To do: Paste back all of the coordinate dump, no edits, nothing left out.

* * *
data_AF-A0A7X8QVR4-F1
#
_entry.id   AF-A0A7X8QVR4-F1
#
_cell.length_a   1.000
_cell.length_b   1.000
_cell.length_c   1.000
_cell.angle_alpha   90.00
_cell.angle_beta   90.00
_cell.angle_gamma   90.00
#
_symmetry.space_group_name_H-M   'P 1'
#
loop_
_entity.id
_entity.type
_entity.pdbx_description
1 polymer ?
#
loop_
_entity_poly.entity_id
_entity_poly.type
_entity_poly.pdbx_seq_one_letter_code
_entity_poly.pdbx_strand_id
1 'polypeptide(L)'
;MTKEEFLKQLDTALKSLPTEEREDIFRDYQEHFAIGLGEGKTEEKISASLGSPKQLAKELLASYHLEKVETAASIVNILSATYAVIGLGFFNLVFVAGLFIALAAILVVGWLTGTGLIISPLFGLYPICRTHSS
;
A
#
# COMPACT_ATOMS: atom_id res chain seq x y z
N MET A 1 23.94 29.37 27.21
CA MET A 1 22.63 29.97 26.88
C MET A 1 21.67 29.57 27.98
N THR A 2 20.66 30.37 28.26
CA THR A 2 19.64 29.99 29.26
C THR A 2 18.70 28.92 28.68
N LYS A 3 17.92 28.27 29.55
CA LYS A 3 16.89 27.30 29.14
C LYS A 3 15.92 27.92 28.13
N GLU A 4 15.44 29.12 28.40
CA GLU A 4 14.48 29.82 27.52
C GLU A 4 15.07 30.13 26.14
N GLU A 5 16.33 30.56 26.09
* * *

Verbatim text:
data_AF-A0A7X8QVR4-F1
#
_entry.id   AF-A0A7X8QVR4-F1
#
_cell.length_a   1.000
_cell.length_b   1.000
_cell.length_c   1.000
_cell.angle_alpha   90.00
_cell.angle_beta   90.00
_cell.angle_gamma   90.00
#
_symmetry.space_group_name_H-M   'P 1'
#
loop_
_entity.id
_entity.type
_entity.pdbx_description
1 polymer ?
#
loop_
_entity_poly.entity_id
_entity_poly.type
_entity_poly.pdbx_seq_one_letter_code
_entity_poly.pdbx_strand_id
1 'polypeptide(L)'
;MTKEEFLKQLDTALKSLPTEEREDIFRDYQEHFAIGLGEGKTEEKISASLGSPKQLAKELLASYHLEKVETAASIVNILSATYAVIGLGFFNLVFVAGLFIALAAILVVGWLTGTGLIISPLFGLYPICRTHSS
;
A
#
# COMPACT_ATOMS: atom_id res chain seq x y z
N MET A 1 23.94 29.37 27.21
CA MET A 1 22.63 29.97 26.88
C MET A 1 21.67 29.57 27.98
N THR A 2 20.66 30.37 28.26
CA THR A 2 19.64 29.99 29.26
C THR A 2 18.70 28.92 28.68
N LYS A 3 17.92 28.27 29.55
CA LYS A 3 16.89 27.30 29.14
C LYS A 3 15.92 27.92 28.13
N GLU A 4 15.44 29.12 28.40
CA GLU A 4 14.48 29.82 27.52
C GLU A 4 15.07 30.13 26.14
N GLU A 5 16.33 30.56 26.09